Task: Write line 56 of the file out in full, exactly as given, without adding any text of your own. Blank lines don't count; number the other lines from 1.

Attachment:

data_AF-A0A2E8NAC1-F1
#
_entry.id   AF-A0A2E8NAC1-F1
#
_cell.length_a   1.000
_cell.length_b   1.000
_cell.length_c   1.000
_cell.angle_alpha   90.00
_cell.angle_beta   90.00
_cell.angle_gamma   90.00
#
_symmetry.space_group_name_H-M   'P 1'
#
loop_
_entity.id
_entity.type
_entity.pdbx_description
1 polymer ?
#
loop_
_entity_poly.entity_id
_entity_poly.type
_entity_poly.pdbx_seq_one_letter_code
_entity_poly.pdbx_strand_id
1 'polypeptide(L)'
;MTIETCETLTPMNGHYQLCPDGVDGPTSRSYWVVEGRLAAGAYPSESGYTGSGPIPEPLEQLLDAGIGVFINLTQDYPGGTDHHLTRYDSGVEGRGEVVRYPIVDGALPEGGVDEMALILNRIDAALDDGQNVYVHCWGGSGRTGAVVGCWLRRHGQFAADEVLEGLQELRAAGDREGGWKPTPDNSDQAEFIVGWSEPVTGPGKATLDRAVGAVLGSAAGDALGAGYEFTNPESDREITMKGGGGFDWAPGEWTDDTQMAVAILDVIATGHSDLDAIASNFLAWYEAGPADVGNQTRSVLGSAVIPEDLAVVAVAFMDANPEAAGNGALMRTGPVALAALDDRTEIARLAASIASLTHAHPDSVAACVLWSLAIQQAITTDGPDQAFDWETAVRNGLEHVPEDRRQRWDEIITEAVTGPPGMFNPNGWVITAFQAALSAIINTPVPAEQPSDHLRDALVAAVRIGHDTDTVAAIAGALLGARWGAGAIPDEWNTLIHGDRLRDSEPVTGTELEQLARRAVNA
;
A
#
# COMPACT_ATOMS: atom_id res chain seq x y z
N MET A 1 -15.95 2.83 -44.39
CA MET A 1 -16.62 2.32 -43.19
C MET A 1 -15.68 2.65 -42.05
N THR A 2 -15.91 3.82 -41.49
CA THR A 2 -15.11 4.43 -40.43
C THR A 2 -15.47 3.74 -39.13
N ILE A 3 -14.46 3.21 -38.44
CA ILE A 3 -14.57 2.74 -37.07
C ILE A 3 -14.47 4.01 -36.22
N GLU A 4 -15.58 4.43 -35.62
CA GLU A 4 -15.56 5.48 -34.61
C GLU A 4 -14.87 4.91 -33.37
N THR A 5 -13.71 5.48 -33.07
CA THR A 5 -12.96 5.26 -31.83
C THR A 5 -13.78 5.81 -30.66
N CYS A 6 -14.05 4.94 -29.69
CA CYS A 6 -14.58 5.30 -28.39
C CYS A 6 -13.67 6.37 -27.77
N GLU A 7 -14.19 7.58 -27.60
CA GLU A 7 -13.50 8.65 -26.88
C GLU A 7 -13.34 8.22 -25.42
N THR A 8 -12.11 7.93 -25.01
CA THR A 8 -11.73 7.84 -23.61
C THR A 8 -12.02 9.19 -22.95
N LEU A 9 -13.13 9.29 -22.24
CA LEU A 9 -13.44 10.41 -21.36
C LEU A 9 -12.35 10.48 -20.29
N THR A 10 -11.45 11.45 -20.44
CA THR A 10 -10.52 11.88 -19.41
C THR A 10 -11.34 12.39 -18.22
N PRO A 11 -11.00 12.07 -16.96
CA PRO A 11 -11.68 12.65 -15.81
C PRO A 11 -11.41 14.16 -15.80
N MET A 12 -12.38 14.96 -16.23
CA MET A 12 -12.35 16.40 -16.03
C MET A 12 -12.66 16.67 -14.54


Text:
CA LEU A 9 -13.44 10.41 -21.36